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Skirting the boundaries : the impact of marriage and domesticity on women's perceptions of kindergarten and primary teaching as a career in postwar New Zealand : a thesis presented in partial fulfilment of the requirements for the degree of Master of Education at Massey University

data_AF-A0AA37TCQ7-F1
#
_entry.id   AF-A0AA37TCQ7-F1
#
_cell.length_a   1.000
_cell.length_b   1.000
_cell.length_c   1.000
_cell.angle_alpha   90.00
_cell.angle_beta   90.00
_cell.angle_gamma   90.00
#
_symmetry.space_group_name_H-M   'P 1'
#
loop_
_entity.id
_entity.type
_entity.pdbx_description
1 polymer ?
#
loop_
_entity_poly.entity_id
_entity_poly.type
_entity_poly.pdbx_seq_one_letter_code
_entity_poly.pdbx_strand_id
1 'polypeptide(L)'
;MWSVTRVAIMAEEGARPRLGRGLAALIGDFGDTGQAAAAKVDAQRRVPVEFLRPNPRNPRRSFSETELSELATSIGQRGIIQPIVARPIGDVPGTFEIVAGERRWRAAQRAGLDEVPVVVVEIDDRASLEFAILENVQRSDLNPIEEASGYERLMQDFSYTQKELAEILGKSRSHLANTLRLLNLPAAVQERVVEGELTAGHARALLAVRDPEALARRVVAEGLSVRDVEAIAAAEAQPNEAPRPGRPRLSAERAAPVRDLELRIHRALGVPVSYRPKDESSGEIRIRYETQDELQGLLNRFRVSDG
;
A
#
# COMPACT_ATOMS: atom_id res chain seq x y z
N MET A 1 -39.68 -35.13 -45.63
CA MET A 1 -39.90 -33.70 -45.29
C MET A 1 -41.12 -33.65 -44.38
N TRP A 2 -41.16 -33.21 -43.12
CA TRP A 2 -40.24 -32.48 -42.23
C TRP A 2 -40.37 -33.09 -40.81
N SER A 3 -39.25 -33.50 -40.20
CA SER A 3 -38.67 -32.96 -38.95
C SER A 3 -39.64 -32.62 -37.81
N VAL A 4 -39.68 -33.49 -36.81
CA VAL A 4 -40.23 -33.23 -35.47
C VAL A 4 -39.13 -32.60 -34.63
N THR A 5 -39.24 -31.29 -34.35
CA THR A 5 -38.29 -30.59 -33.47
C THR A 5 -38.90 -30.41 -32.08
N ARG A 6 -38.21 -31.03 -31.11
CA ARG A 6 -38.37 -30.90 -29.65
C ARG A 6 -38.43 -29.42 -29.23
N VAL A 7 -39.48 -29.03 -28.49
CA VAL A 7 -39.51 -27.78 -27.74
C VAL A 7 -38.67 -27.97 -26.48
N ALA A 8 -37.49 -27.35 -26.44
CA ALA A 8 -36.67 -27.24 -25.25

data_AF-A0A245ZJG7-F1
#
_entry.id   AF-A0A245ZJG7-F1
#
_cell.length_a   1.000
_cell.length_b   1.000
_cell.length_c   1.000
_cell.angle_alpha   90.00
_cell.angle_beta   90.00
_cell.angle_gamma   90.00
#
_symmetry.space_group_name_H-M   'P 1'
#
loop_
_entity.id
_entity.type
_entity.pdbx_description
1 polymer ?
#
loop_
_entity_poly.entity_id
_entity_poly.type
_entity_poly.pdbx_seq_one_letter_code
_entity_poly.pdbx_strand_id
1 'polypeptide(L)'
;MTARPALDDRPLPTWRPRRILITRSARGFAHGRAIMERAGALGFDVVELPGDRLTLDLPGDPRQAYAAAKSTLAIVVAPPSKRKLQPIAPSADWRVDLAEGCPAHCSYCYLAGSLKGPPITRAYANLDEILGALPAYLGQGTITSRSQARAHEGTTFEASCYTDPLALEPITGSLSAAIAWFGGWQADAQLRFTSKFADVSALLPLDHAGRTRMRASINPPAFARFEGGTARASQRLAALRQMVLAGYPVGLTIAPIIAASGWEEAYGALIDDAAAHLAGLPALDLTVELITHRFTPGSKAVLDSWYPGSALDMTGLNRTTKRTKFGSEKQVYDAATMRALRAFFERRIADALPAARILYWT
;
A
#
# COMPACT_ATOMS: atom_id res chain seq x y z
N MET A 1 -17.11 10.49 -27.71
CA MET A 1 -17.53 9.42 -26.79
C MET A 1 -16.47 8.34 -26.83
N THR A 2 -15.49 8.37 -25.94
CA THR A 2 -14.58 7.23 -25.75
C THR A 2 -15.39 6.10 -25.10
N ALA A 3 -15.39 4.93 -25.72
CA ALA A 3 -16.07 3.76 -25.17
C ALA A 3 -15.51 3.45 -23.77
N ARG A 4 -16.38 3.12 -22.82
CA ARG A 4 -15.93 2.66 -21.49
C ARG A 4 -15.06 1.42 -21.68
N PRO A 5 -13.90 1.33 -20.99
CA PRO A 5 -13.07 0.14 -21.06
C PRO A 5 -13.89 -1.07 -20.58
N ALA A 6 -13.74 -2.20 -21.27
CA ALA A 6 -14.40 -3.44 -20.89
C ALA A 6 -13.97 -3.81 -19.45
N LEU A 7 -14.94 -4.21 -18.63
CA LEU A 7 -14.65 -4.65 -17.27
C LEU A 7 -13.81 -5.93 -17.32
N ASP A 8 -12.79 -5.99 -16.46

It has been argued that domestic ideologies have played a major influence in shaping both the education profession and the teaching careers of women, bringing about gender differentiated careers that have provided both constraints and professional opportunities for women teachers. Little is known of the response of women teachers to domestic ideologies; how they interpreted and defined their dual domestic and teaching responsibilities and in turn helped reshape them. In addition, the studies that do exist have tended to assume a commonality of experiences among women and over time. Scant attention has been paid to variations in women's approach towards work or to how both domestic and employment experiences structure perceptions of teaching. Also important is the need to examine the constraints and opportunities within the historical context in which women's experiences occurred. Women entering teaching in post World War Two New Zealand experienced contradictory and changing expectations of their domestic and teaching roles. On one hand, domestic life was represented as the proper sphere for women, on the other, the teacher shortage saw an unprecedented demand for their services. While women took advantage of the greater professional opportunities of the time to develop a diversity of career patterns this shift required women to negotiate a range of contradictions and tensions in the relationship between their identities as teachers and as homemakers. This thesis will add to our understanding of the impact of domestic ideologies on the teaching careers of women by showing how a small sample of women defined and constructed their teaching careers in the postwar era. The voices of twelve kindergarten and primary women teachers form the basis of this study; their experiences of negotiating and shaping their dual teaching and domestic identities, the focus. It is argued that women's career decisions cannot be separated from the politics of domesticity. Although it is women's teaching careers that have been largely affected by the ongoing need to balance this duality, the way forward is to regard work and family issues as universal, not just as women's concerns.